Cape Town – There is something irresistibly exciting about a young, potential bolter being unleashed into international cricket a little ahead of expectation.
So if the clearly bright, talented 22-year-old Aiden Markram were to earn a daring call-up, as is being urged in some circles, to the South African Test squad for their next – and major – challenge in England later in the year, this writer won’t exactly be retreating to beneath the couch in sobbing misery and horror.
Let’s be clear on that; I’m not discounting the possibility of him coming off in Test whites, quickly. He wouldn’t be the first wet-behind-the-ears, slightly left-field selection to do so.
After all, Markram has just ended the domestic season with another surprisingly mature, commanding innings of 161 in the Titans’ massacre of the Warriors in the Momentum One-Day Cup final at Centurion on Friday – a follow-up to his record-breaking 183 against the Lions at the Wanderers exactly a fortnight earlier.
Again he looked an organised, technically tight opener who presents a broad blade and seems to play down the correct line an awful lot of the time.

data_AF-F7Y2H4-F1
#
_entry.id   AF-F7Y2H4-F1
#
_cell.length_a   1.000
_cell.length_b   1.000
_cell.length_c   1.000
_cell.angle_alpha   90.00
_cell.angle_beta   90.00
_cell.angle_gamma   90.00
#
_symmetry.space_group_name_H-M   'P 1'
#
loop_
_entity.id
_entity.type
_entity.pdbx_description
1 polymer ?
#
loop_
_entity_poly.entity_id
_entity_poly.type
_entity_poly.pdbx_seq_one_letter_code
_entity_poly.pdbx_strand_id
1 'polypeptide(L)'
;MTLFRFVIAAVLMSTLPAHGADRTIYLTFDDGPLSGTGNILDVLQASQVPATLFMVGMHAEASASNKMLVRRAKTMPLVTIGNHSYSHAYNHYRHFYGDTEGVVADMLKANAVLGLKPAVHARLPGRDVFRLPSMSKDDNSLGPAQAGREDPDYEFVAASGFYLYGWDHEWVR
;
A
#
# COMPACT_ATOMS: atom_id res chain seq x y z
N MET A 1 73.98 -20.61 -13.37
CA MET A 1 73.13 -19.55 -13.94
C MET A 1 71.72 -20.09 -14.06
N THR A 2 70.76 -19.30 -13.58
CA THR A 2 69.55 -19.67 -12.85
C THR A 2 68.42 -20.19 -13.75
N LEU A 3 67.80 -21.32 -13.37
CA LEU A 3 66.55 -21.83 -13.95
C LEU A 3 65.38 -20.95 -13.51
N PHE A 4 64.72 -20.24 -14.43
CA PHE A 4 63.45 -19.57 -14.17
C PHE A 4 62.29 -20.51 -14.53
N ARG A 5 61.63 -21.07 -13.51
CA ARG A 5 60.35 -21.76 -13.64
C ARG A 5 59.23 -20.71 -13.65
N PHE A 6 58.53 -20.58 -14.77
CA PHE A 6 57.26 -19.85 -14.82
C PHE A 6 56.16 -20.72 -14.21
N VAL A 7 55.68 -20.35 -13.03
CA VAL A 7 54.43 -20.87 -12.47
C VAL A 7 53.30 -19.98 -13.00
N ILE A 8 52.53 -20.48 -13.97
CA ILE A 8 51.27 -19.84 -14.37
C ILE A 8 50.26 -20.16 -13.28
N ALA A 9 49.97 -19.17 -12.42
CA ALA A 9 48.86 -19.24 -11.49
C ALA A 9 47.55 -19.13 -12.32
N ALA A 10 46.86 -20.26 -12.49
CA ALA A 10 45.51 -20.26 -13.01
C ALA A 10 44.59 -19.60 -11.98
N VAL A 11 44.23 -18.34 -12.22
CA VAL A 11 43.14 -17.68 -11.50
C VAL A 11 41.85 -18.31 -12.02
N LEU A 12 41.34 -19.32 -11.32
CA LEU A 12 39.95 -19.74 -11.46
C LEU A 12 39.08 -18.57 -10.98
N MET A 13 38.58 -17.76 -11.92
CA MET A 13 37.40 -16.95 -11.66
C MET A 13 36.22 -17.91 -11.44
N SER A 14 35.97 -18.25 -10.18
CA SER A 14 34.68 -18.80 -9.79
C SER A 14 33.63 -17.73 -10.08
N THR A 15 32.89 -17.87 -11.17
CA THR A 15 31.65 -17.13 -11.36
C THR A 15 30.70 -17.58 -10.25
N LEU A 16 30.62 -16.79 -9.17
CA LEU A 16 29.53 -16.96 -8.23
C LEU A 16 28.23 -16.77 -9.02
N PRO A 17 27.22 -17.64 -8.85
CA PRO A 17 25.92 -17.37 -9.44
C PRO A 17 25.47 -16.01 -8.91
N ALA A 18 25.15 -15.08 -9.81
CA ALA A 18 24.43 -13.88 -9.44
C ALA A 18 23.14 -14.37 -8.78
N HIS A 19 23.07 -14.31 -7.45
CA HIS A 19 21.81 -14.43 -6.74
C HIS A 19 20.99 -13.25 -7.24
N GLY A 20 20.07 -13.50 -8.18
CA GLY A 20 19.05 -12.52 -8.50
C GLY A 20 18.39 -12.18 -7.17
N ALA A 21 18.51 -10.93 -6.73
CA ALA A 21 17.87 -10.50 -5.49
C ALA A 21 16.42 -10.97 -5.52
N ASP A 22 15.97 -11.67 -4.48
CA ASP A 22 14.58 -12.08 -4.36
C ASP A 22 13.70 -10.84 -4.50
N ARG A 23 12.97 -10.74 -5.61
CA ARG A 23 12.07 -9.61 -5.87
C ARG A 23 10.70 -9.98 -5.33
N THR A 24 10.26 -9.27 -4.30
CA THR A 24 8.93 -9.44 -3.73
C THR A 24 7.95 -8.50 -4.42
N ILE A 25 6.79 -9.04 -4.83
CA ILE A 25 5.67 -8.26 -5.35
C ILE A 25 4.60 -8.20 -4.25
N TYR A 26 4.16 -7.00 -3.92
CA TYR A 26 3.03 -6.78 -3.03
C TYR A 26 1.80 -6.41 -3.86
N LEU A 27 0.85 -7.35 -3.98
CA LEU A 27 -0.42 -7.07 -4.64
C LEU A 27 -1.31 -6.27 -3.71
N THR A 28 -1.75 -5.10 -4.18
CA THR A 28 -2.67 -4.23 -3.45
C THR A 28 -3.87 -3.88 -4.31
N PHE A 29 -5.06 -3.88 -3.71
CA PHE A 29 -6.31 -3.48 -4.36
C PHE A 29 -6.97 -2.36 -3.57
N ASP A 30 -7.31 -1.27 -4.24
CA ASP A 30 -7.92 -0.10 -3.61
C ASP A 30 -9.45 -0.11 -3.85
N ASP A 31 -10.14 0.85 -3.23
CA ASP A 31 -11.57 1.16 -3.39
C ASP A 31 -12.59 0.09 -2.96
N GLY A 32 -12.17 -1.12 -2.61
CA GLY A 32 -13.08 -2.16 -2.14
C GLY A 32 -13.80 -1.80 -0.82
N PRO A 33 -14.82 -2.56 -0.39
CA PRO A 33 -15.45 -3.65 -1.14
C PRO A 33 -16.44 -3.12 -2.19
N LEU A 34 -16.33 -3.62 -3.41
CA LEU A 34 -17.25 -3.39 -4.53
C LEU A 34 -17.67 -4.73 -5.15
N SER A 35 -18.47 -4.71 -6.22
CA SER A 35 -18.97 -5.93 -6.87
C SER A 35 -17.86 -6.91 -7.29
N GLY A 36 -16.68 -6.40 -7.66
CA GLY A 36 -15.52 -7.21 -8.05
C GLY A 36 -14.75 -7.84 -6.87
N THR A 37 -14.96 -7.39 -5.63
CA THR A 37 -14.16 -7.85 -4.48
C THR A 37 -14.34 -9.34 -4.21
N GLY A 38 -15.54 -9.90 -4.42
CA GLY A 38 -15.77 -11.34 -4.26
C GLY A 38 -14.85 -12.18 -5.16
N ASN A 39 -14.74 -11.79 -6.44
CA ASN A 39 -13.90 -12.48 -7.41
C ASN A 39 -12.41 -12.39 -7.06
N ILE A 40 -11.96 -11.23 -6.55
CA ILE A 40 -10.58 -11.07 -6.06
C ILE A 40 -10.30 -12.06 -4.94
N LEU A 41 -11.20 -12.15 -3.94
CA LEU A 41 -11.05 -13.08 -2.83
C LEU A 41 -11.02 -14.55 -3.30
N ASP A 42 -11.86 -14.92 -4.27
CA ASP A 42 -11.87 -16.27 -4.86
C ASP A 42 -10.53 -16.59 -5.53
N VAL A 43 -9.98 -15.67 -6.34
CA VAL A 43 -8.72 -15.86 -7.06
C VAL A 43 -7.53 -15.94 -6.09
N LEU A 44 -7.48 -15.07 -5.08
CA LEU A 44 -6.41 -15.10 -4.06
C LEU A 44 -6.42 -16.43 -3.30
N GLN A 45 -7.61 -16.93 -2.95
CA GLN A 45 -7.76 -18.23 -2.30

But would it be the right move to catapult him to Test cricket shortly? And to have to debut in England?
My gut feel at this juncture – even if it is being teased increasingly by his stirring delivery at lower levels – stays “no”.
Bearing in mind that there is no more domestic first-class cricket to monitor until the tour takes places well into our winter, my preference, if the selectors feel they have to look beyond the current squad for a partner for more settled Dean Elgar, would be Markram’s patient, consistently fine-performing Titans team-mate Heino Kuhn.
The sometimes wicketkeeper (that’s no bad extra feather-in-cap for a touring party, is it?) may be celebrating his 33rd birthday during Saturday, but bear in mind that the currently beleaguered Stephen Cook – dropped for the final Test against New Zealand at Hamilton – is 34.
Cook was debatably replaced by general reserve batsman Theunis de Bruyn at Seddon Park, and despite his non-specialist credentials to do the upfront task, there is still a case for saying we don’t yet know whether De Bruyn might cut it there – he faced only three balls in the first innings of the drawn Test and was disastrously run out for 12 in the second after a comical collision with Hashim Amla.